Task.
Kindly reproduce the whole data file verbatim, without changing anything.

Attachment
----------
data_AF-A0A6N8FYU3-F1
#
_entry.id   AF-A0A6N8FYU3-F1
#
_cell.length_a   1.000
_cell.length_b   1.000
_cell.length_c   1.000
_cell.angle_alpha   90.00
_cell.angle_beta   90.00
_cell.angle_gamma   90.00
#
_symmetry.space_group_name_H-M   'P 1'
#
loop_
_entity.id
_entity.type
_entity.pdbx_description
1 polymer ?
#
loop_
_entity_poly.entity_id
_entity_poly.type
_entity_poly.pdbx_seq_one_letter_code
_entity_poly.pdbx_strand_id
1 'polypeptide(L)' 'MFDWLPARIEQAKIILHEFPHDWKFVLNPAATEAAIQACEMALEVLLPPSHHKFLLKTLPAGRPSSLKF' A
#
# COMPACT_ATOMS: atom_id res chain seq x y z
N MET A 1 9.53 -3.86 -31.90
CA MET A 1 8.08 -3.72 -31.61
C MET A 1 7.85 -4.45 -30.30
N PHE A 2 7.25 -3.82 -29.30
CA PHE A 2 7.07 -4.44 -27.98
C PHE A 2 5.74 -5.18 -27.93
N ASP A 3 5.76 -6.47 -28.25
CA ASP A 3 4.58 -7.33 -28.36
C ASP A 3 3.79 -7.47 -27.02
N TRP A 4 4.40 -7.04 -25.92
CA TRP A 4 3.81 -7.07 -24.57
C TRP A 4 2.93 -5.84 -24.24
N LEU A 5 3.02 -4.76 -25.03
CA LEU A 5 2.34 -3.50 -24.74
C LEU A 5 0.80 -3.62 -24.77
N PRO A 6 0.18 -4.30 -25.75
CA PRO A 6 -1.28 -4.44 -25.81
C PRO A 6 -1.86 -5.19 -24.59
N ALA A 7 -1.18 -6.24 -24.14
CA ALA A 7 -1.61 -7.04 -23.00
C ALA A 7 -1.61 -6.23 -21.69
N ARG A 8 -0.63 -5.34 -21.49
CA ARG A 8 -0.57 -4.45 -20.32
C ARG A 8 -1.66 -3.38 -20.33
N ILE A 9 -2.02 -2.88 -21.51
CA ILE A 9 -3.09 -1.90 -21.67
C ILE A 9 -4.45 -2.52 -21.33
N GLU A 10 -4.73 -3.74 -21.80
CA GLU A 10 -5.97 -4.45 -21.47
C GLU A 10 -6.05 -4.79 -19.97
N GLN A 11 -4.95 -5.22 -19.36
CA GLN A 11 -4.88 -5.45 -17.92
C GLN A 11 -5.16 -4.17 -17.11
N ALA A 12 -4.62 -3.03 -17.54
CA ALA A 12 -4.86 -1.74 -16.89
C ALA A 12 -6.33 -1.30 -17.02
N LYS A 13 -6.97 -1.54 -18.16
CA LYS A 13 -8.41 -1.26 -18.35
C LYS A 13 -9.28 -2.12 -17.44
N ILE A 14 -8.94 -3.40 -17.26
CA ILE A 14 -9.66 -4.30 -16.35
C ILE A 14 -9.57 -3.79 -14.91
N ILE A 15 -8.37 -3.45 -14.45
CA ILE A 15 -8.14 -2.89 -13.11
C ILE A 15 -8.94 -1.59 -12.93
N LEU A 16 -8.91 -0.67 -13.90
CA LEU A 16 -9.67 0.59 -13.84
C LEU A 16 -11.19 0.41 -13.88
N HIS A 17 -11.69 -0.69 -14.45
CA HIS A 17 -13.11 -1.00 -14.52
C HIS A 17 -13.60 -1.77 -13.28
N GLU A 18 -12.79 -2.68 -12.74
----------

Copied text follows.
data_AF-A0A6N8FYU3-F1
#
_entry.id   AF-A0A6N8FYU3-F1
#
_cell.length_a   1.000
_cell.length_b   1.000
_cell.length_c   1.000
_cell.angle_alpha   90.00
_cell.angle_beta   90.00
_cell.angle_gamma   90.00
#
_symmetry.space_group_name_H-M   'P 1'
#
loop_
_entity.id
_entity.type
_entity.pdbx_description
1 polymer ?
#
loop_
_entity_poly.entity_id
_entity_poly.type
_entity_poly.pdbx_seq_one_letter_code
_entity_poly.pdbx_strand_id
1 'polypeptide(L)' 'MFDWLPARIEQAKIILHEFPHDWKFVLNPAATEAAIQACEMALEVLLPPSHHKFLLKTLPAGRPSSLKF' A
#
# COMPACT_ATOMS: atom_id res chain seq x y z
N MET A 1 9.53 -3.86 -31.90
CA MET A 1 8.08 -3.72 -31.61
C MET A 1 7.85 -4.45 -30.30
N PHE A 2 7.25 -3.82 -29.30
CA PHE A 2 7.07 -4.44 -27.98
C PHE A 2 5.74 -5.18 -27.93
N ASP A 3 5.76 -6.47 -28.25
CA ASP A 3 4.58 -7.33 -28.36
C ASP A 3 3.79 -7.47 -27.02
N TRP A 4 4.40 -7.04 -25.92
CA TRP A 4 3.81 -7.07 -24.57
C TRP A 4 2.93 -5.84 -24.24
N LEU A 5 3.02 -4.76 -25.03
CA LEU A 5 2.34 -3.50 -24.74
C LEU A 5 0.80 -3.62 -24.77
N PRO A 6 0.18 -4.30 -25.75
CA PRO A 6 -1.28 -4.44 -25.81
C PRO A 6 -1.86 -5.19 -24.59
N ALA A 7 -1.18 -6.24 -24.14
CA ALA A 7 -1.61 -7.04 -23.00
C ALA A 7 -1.61 -6.23 -21.69
N ARG A 8 -0.63 -5.34 -21.49
CA ARG A 8 -0.57 -4.45 -20.32
C ARG A 8 -1.66 -3.38 -20.33
N ILE A 9 -2.02 -2.88 -21.51
CA ILE A 9 -3.09 -1.90 -21.67
C ILE A 9 -4.45 -2.52 -21.33
N GLU A 10 -4.73 -3.74 -21.80
CA GLU A 10 -5.97 -4.45 -21.47
C GLU A 10 -6.05 -4.79 -19.97
N GLN A 11 -4.95 -5.22 -19.36
CA GLN A 11 -4.88 -5.45 -17.92
C GLN A 11 -5.16 -4.17 -17.11
N ALA A 12 -4.62 -3.03 -17.54
CA ALA A 12 -4.86 -1.74 -16.89
C ALA A 12 -6.33 -1.30 -17.02
N LYS A 13 -6.97 -1.54 -18.16
CA LYS A 13 -8.41 -1.26 -18.35
C LYS A 13 -9.28 -2.12 -17.44
N ILE A 14 -8.94 -3.40 -17.26
CA ILE A 14 -9.66 -4.30 -16.35
C ILE A 14 -9.57 -3.79 -14.91
N ILE A 15 -8.37 -3.45 -14.45
CA ILE A 15 -8.14 -2.89 -13.11
C ILE A 15 -8.94 -1.59 -12.93
N LEU A 16 -8.91 -0.67 -13.90
CA LEU A 16 -9.67 0.59 -13.84
C LEU A 16 -11.19 0.41 -13.88
N HIS A 17 -11.69 -0.69 -14.45
CA HIS A 17 -13.11 -1.00 -14.52
C HIS A 17 -13.60 -1.77 -13.28
N GLU A 18 -12.79 -2.68 -12.74